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UK COLLEGE OF NURSING PARTICIPATING IN HEART DISEASE RESEARCH STUDY

By Tammy Gay

 

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“We know as clinicians that when people seek treatment early, they can take advantage of life-saving therapies and the earlier patients receive treatment, the smaller their heart attack.”

Debra Moser, D.N.Sc.
College of Nursing Professor and
Linda C. Gill Chair

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Jan. 4, 2001 (Lexington, Ky.) -- People having heart
attacks delay seeking medical help on average for two to six hours, decreasing their chances of a full optimal
recovery.

University of Kentucky College of Nursing Professor and Linda C. Gill Chair Debra Moser, D.N.Sc., is
participating in a multi-centered international study to
determine whether one-on-one nurse-administered
education and counseling with ischemic heart disease
patients and their family members will reduce the time they delay before seeking help for heart attack symptoms.

“We know as clinicians that when people seek treatment early, they can take advantage of lifesaving therapies and the earlier patients receive treatment, the smaller their heart attack,” Moser said.

“Many of these patients are in denial. They may be too
anxious to process what’s happening, or they are
embarrassed to go the hospital. As a result, they are
wasting valuable time.”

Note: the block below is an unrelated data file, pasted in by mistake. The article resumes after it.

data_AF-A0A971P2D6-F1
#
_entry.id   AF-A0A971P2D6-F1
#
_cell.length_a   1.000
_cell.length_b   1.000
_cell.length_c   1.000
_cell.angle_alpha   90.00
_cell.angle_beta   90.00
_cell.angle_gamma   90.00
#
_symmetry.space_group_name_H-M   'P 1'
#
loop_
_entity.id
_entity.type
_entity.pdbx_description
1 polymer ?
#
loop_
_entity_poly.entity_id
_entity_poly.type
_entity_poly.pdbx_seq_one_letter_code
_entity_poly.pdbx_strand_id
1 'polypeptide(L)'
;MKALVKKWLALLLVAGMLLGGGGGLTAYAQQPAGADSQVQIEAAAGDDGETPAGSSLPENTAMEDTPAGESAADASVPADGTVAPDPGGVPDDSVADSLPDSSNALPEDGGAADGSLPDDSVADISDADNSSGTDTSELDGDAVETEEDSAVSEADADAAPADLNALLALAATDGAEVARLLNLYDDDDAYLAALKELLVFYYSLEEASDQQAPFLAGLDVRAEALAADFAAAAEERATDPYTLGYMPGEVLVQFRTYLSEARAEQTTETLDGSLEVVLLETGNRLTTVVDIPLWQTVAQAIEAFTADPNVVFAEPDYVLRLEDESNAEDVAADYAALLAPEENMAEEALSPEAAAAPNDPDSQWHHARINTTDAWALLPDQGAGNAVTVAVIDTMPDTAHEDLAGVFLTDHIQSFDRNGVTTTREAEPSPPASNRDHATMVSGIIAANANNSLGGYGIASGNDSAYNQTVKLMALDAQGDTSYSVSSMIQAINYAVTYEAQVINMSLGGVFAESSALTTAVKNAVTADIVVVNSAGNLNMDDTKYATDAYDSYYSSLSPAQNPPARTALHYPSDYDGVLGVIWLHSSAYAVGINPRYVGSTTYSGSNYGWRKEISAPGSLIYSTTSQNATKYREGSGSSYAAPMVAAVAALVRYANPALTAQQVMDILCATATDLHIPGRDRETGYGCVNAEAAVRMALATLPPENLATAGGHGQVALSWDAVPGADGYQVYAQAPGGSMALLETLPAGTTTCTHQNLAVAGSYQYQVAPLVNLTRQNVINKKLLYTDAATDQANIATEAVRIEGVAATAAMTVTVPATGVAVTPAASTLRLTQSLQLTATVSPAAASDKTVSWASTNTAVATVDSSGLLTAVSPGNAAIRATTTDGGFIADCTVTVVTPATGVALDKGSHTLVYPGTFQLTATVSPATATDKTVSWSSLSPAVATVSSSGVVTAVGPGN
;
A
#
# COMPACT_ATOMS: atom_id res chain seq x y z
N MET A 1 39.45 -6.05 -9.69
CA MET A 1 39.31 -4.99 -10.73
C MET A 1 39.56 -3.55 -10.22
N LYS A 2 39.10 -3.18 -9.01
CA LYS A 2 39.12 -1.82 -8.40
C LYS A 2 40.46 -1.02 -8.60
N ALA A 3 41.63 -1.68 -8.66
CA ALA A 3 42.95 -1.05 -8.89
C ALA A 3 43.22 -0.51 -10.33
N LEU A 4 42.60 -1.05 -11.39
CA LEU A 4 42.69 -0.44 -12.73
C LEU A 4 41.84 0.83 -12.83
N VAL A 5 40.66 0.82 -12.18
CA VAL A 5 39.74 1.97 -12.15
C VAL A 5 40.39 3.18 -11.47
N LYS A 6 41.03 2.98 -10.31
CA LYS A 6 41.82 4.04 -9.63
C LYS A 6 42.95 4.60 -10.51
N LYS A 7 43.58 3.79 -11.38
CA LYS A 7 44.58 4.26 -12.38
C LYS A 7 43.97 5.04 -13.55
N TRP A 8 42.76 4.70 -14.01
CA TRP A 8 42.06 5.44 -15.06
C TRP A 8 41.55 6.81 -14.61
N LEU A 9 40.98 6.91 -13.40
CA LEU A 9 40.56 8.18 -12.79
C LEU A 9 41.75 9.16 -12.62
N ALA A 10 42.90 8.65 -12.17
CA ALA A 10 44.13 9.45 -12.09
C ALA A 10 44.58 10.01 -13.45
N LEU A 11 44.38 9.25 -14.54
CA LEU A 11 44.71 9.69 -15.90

The National Institutes of Health has funded a $2.8
million, five-year study to test the effectiveness of the
nurse-administered education at five sites around the
world, including UK.

The education with the patient and his/her significant other will include teachings about:

  • The recognition of symptoms of an evolving heart
    attack;
  • Reasons why it’s important to seek treatment as
    soon as possible;
  • The importance of taking an aspirin when symptoms start to reduce blood clots in the
    coronary arteries;
  • Possible emotional reactions to a heart attack; and
  • Calling 911 rather than driving to the hospital.

Patients and their family members will receive a follow-up phone call at one-month and will be contacted at three-, 12-, 24-, and 36-months after the intervention.

Rather than calling for an ambulance or going to the
hospital, previous studies have shown the most common response to a heart attack was patients trying to relax, said Moser, a principle investigator in the study.

Other study sites include San Diego State University in
San Diego, Calif., University of California at Los Angeles in Los Angeles, Calif., University of Technology Sydney in Sydney, Australia, University of Washington in Seattle, Wash., and a site in Germany. The data management site is the University of California at San Francisco School of Nursing in San Francisco, Calif.

Moser is seeking volunteers to participate in the research study. You may be a participant if you have been diagnosed with coronary artery disease. Participants will receive a free educational counseling session about their disease and when to seek treatment. For more information, call (866) 570-8528 (toll-free).


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